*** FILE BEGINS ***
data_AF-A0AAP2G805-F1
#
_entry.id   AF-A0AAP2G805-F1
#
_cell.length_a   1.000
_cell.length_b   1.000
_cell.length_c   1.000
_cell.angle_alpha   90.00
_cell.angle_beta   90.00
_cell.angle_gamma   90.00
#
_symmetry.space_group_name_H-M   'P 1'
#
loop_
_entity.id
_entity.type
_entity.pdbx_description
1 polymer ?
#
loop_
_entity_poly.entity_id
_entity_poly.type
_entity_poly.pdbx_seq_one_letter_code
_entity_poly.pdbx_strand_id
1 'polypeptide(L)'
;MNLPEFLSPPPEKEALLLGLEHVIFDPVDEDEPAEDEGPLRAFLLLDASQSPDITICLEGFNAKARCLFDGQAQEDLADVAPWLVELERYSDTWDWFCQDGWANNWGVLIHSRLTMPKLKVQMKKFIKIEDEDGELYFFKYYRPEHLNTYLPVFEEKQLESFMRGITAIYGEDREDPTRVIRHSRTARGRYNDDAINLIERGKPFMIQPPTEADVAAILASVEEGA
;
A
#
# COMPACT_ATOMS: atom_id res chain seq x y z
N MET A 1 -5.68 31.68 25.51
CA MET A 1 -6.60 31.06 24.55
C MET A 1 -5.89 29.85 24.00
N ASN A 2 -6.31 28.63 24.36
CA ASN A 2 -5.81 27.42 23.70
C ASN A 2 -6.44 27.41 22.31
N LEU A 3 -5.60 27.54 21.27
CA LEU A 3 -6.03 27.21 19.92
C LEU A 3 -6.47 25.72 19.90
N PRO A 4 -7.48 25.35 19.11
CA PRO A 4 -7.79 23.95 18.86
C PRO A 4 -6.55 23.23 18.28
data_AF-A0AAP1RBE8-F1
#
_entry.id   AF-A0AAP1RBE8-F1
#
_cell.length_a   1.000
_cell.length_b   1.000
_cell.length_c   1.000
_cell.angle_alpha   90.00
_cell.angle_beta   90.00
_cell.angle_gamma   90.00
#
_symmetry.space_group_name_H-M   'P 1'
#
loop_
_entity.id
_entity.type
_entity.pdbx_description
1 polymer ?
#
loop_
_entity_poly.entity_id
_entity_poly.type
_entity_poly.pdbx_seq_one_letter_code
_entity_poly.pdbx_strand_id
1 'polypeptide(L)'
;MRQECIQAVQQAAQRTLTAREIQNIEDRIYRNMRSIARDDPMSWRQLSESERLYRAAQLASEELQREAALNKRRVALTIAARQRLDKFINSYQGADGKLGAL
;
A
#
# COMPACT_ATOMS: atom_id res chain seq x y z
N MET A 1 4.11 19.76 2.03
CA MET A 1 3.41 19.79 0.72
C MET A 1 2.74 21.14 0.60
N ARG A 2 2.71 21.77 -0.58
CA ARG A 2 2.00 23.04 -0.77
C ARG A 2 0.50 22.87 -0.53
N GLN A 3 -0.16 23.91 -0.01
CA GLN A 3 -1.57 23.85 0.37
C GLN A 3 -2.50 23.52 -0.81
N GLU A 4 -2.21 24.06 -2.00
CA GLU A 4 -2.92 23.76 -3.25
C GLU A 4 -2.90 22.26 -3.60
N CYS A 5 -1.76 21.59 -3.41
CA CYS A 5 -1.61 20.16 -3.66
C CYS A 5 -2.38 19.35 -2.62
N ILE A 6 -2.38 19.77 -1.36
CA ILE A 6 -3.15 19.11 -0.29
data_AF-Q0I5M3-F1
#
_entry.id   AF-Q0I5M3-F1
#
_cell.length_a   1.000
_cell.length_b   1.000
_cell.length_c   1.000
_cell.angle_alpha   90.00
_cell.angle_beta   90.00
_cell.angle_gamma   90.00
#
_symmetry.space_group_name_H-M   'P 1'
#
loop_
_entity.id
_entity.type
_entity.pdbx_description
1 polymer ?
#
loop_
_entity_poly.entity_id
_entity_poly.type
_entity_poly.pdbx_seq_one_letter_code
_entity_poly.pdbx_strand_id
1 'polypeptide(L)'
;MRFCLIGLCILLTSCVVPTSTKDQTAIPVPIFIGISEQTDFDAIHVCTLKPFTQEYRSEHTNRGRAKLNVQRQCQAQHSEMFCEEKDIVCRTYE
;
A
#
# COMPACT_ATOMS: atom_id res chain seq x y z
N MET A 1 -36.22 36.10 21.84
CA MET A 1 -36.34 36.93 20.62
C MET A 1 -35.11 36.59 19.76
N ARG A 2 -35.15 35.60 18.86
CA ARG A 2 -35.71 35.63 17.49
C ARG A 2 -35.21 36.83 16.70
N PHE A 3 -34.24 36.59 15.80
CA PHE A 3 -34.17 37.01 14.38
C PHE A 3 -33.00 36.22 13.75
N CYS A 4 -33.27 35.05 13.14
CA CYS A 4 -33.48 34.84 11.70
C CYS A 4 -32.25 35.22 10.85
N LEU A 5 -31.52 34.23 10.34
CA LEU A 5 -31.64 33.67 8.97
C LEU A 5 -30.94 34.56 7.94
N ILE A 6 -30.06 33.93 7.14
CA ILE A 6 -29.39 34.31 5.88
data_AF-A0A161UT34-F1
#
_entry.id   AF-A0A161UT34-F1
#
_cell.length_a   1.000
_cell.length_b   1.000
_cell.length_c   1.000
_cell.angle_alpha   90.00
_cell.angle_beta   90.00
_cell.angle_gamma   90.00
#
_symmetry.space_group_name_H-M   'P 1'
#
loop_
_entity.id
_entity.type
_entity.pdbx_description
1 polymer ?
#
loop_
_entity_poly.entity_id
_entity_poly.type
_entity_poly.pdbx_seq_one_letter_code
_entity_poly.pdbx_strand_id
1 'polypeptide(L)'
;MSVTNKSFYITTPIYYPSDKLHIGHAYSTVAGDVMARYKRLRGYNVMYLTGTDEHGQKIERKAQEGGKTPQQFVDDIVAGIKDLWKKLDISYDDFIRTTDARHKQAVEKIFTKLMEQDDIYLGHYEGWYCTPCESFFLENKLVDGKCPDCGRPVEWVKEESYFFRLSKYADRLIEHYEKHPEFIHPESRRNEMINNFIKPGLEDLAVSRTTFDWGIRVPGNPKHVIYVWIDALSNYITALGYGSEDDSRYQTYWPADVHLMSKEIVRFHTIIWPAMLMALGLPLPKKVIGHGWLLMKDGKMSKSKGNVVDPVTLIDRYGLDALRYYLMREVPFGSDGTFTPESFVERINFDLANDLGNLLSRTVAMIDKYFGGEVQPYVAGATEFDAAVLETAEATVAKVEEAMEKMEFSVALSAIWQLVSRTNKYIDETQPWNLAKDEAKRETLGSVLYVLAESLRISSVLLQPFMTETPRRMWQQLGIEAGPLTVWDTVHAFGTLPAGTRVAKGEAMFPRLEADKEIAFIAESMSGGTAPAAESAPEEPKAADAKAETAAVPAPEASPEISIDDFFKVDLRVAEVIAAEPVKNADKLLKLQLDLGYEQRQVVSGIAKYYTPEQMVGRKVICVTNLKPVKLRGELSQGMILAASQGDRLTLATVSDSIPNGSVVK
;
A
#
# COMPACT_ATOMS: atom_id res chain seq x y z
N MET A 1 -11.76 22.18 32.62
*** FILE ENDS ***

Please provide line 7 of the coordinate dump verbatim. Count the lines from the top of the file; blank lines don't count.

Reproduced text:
_cell.length_c   1.000